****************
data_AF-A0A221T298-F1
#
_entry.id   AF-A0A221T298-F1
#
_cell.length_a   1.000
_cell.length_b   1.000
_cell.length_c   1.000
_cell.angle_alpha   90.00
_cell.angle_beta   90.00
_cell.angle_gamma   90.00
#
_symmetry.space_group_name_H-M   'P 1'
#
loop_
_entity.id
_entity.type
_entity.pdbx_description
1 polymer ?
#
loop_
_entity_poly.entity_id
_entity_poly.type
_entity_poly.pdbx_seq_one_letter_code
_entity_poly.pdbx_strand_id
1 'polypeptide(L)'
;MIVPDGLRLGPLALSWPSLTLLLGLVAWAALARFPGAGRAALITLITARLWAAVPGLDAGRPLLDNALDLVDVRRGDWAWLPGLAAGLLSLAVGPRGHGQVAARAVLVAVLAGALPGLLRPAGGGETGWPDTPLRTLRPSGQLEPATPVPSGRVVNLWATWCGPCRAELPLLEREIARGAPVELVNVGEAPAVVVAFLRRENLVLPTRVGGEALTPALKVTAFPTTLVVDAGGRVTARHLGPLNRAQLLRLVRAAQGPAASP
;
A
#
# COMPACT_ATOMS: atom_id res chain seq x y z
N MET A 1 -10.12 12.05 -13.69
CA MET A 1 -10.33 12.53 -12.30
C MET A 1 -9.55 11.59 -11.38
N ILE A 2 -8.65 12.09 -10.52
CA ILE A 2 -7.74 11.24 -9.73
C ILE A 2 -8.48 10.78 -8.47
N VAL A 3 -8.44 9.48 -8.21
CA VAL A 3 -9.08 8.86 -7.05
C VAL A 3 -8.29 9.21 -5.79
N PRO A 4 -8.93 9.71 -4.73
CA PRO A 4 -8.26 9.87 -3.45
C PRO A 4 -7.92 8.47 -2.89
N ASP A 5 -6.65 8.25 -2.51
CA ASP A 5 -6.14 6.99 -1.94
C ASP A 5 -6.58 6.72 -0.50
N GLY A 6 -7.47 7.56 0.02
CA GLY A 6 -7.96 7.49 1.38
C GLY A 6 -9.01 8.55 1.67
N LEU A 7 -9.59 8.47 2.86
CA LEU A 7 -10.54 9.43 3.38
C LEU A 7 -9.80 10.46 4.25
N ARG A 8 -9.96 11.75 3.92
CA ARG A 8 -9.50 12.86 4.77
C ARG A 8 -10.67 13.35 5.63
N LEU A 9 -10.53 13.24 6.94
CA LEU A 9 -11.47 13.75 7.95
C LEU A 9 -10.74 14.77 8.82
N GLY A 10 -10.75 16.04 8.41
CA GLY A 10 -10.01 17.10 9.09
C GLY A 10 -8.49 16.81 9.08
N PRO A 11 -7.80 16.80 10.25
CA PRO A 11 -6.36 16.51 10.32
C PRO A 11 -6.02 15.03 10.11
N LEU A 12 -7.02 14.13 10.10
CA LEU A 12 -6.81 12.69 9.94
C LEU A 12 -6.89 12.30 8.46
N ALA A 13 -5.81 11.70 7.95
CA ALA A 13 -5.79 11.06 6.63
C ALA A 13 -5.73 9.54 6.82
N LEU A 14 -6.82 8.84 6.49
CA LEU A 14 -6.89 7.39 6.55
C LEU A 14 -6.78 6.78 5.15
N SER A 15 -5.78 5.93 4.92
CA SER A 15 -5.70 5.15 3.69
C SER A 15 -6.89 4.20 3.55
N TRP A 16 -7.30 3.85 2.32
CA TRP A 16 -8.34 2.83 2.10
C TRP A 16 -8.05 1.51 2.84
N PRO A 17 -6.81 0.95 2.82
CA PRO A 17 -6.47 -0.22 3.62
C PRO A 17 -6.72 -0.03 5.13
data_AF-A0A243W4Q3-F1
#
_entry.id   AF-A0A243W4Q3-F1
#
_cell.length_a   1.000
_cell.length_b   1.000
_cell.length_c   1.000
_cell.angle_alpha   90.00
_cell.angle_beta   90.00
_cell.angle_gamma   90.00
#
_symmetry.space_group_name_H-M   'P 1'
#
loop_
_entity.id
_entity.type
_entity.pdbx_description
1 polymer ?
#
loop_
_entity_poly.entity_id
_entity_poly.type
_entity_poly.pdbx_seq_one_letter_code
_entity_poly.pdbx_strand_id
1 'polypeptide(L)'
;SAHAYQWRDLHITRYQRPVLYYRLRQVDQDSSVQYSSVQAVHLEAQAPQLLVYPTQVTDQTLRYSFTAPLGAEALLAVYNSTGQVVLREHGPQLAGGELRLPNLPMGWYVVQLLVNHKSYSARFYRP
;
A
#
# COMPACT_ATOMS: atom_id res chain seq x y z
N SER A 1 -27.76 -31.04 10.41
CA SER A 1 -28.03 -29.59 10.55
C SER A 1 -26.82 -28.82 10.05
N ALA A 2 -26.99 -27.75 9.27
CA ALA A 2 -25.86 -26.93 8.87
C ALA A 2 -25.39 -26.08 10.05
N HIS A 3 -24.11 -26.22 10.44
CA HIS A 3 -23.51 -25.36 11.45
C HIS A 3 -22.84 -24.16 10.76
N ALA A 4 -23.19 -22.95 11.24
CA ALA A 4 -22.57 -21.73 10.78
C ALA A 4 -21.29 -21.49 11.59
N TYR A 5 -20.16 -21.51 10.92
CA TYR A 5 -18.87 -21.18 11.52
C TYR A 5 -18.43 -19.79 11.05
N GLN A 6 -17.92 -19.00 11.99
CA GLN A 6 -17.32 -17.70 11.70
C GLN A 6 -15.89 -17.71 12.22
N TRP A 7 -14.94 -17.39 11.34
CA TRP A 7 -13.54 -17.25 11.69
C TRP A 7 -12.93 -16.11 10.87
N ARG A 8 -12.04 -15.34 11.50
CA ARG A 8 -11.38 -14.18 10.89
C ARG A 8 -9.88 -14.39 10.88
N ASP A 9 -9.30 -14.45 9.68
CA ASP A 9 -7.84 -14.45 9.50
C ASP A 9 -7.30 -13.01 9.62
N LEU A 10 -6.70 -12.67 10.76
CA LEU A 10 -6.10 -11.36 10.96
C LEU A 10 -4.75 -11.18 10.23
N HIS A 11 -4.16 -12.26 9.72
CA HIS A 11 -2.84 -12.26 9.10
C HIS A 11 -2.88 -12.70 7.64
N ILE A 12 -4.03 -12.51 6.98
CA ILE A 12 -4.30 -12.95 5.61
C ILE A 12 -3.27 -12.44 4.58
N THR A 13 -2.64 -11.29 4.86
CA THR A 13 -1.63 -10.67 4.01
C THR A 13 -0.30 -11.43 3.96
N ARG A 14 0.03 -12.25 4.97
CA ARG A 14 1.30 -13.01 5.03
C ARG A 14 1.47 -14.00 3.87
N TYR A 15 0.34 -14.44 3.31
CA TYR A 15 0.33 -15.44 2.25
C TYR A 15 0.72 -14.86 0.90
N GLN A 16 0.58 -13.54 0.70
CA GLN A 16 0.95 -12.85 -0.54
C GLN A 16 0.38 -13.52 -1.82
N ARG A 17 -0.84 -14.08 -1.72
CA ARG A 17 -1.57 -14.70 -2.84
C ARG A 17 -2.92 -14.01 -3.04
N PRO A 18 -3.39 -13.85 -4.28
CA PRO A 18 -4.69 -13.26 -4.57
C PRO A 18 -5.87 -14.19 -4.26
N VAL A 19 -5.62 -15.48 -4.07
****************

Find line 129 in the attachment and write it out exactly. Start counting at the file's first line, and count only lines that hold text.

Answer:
C GLN A 6 -15.89 -17.71 12.22